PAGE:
With Pennsylvania on the cusp to be a key energy market in the U.S., a recent op-ed in Penn Live by Gene Barr, president and CEO of the Pennsylvania Chamber of Business and Industry, and Dennis Martire, vice-president and manager of the Mid-Atlantic Division of Laborer’s International Union of North America, stressed that “it’s time to get creative on energy.”
The shale revolution in Pennsylvania has impacted energy connectivity and economic growth across Pennsylvania. As demand increases for the energy to run local businesses, vehicles and homes, so too does the demand for adequate capacity of the energy industry to provide reliable and affordable generation power. However, this capacity is underscored by pipeline connectivity and cannot run at full potential without cohesive development plans to expand this infrastructure and bring energy generation resources to respective end users.
Barr and Martire assert that there are currently “thousands of skilled trade union jobs that are necessary to build other critical infrastructure projects, including Penn East, Atlantic Sunrise, Mariner East 2 and the Atlantic Coast pipelines. All of these projects are designed to establish Pennsylvania as a key energy market in the country, and position the Commonwealth for a manufacturing renaissance.”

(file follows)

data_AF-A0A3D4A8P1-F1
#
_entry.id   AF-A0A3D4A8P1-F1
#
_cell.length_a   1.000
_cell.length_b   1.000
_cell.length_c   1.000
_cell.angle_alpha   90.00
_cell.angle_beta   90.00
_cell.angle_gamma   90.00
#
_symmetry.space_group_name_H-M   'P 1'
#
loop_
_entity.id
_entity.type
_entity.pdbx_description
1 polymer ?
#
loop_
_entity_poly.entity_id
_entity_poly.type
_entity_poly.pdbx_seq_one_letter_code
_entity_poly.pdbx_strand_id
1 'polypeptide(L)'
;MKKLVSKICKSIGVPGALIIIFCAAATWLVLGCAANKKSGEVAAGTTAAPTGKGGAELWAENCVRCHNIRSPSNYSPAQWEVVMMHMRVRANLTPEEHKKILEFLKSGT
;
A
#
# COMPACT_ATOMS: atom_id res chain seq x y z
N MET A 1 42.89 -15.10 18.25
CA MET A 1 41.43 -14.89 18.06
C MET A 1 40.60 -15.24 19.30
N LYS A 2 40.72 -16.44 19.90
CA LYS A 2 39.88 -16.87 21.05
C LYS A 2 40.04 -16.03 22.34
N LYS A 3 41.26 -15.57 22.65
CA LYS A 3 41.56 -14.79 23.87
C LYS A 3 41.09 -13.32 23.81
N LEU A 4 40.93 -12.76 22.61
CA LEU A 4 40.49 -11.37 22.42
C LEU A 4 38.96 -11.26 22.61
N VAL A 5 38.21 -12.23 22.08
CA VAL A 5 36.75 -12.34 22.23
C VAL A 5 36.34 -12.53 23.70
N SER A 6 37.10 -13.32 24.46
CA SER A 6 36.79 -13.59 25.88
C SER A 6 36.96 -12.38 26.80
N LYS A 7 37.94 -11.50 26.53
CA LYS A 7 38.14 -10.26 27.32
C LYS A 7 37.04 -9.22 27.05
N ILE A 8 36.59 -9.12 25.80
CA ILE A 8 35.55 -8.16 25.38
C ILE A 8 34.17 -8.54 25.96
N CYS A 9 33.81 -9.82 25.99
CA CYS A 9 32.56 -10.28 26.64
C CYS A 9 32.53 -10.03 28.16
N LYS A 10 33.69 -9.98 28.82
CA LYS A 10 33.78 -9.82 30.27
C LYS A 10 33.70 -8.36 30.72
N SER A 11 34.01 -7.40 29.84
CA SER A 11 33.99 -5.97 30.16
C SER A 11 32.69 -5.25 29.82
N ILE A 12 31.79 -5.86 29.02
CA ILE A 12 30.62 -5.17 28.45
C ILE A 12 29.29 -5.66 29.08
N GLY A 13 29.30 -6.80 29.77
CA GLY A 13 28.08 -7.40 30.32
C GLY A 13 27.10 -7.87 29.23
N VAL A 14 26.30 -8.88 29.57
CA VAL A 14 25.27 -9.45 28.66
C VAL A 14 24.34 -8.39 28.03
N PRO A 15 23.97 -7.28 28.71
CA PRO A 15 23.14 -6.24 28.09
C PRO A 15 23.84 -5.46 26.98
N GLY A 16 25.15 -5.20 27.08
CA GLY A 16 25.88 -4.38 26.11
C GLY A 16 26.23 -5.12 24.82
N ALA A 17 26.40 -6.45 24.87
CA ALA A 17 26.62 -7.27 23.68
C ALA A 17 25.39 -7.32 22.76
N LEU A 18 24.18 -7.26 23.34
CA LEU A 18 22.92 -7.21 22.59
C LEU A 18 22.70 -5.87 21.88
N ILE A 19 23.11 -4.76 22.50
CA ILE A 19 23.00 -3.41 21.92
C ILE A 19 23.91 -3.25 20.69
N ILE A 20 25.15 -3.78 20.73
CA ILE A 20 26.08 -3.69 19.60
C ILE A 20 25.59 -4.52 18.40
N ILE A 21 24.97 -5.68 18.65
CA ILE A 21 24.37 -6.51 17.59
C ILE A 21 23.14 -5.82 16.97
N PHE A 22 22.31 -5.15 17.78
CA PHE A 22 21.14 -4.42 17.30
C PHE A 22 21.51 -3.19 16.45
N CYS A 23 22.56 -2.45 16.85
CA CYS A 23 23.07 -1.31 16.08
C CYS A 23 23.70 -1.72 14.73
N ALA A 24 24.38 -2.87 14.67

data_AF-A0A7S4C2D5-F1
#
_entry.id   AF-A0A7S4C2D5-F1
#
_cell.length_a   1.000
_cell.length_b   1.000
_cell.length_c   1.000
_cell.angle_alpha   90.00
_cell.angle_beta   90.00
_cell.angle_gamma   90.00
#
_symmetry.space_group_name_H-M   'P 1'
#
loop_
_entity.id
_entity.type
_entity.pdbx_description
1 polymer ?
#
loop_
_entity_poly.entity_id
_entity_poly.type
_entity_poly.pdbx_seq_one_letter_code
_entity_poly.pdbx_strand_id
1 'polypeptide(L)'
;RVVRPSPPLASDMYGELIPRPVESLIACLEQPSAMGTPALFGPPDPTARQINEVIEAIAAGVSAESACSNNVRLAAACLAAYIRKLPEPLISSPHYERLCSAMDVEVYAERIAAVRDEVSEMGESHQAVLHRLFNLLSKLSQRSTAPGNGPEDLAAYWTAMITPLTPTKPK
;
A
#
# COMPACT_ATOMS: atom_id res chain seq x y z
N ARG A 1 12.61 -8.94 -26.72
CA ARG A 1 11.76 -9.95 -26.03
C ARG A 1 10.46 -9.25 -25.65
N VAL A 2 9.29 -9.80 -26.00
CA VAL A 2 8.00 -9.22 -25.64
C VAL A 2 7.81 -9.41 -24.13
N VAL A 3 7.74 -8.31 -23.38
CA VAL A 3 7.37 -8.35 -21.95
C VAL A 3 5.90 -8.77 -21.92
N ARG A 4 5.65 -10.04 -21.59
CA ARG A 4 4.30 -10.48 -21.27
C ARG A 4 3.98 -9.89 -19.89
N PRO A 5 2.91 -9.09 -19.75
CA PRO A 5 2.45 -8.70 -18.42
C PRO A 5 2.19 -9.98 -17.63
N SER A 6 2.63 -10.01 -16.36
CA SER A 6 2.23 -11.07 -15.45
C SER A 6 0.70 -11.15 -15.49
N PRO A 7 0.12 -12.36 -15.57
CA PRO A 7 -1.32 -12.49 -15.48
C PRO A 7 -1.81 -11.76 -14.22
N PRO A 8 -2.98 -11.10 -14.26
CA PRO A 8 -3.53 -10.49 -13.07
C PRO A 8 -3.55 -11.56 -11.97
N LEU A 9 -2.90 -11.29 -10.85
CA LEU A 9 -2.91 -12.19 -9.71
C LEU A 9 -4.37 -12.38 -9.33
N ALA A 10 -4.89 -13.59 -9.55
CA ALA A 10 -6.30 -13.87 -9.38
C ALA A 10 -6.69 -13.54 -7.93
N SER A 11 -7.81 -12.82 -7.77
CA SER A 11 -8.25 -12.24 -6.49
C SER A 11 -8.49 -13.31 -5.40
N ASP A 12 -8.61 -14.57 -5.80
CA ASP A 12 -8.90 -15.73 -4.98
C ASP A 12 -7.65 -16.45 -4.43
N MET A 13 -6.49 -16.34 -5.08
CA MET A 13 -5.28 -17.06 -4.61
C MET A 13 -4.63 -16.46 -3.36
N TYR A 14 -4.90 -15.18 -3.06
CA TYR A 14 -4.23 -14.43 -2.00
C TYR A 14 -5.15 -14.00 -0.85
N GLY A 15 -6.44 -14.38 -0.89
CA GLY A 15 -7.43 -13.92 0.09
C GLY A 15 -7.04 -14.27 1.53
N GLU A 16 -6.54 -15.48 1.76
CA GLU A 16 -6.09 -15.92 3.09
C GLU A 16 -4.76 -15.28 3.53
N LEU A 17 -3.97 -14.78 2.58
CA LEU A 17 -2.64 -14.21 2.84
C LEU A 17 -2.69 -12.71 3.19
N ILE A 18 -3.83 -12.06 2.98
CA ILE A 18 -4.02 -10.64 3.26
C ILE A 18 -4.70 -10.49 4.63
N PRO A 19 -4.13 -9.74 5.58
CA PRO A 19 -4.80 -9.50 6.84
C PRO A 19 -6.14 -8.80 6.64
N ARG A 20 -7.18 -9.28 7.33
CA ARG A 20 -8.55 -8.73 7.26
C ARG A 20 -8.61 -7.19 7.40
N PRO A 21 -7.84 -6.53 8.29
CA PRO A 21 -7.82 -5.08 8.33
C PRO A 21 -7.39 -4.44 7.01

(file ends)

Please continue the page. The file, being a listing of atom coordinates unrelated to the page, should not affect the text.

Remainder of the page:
However, the fickle regulatory and tax climate in Pennsylvania hinders such projects from reaching their full potential – to the detriment of project success and of Pennsylvanian energy connectivity. According to the op-ed, the hindrances have effectively made Pennsylvania lose “its competitive advantage as some companies have diverted their capital investments to other states.”
This trend was spelled out by a recent IHS Markit study that explained, “Pennsylvania is using a limited portion of the available Marcellus and Utica Shale natural gas and NGL in-state. As such, it must begin taking immediate steps to support a long-term strategy that will maximize in-state-economic development – as other U.S. states and regions are also competing for the resource.”
Amidst competing deliberations, Barr and Martire make clear that “there is a small window of opportunity to get the energy equation right for Pennsylvania before additional opportunities are lost to competing states. While we can celebrate the Commonwealth landing the Shell petrochemical facility in western Pennsylvania, we lost Braskem America’s $500 million investment to Texas.”
This “small window” portends real change for Pennsylvanian competitiveness and energy connectivity – and there could not be a better time to capitalize on these opportunities.